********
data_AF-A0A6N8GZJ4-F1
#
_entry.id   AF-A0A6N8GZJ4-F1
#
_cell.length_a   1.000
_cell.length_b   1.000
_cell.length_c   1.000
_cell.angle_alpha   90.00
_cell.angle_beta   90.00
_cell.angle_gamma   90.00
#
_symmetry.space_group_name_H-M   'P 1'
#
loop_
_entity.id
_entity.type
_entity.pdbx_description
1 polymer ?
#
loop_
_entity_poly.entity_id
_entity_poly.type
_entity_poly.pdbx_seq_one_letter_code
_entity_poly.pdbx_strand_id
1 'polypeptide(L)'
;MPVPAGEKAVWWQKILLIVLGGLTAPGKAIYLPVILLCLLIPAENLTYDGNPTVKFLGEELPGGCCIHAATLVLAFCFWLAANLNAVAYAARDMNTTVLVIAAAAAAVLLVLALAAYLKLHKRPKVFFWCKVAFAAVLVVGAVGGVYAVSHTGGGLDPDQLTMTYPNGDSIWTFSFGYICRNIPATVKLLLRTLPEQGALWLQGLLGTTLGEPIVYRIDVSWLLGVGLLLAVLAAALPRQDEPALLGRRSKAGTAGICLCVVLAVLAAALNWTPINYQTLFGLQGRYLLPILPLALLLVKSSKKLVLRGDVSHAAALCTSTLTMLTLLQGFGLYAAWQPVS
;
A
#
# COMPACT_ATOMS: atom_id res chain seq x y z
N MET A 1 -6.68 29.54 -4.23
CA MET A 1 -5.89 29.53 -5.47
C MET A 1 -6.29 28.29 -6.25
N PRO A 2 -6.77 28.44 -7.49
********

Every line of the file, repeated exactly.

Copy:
data_AF-A0A6N8GZJ4-F1
#
_entry.id   AF-A0A6N8GZJ4-F1
#
_cell.length_a   1.000
_cell.length_b   1.000
_cell.length_c   1.000
_cell.angle_alpha   90.00
_cell.angle_beta   90.00
_cell.angle_gamma   90.00
#
_symmetry.space_group_name_H-M   'P 1'
#
loop_
_entity.id
_entity.type
_entity.pdbx_description
1 polymer ?
#
loop_
_entity_poly.entity_id
_entity_poly.type
_entity_poly.pdbx_seq_one_letter_code
_entity_poly.pdbx_strand_id
1 'polypeptide(L)'
;MPVPAGEKAVWWQKILLIVLGGLTAPGKAIYLPVILLCLLIPAENLTYDGNPTVKFLGEELPGGCCIHAATLVLAFCFWLAANLNAVAYAARDMNTTVLVIAAAAAAVLLVLALAAYLKLHKRPKVFFWCKVAFAAVLVVGAVGGVYAVSHTGGGLDPDQLTMTYPNGDSIWTFSFGYICRNIPATVKLLLRTLPEQGALWLQGLLGTTLGEPIVYRIDVSWLLGVGLLLAVLAAALPRQDEPALLGRRSKAGTAGICLCVVLAVLAAALNWTPINYQTLFGLQGRYLLPILPLALLLVKSSKKLVLRGDVSHAAALCTSTLTMLTLLQGFGLYAAWQPVS
;
A
#
# COMPACT_ATOMS: atom_id res chain seq x y z
N MET A 1 -6.68 29.54 -4.23
CA MET A 1 -5.89 29.53 -5.47
C MET A 1 -6.29 28.29 -6.25
N PRO A 2 -6.77 28.44 -7.49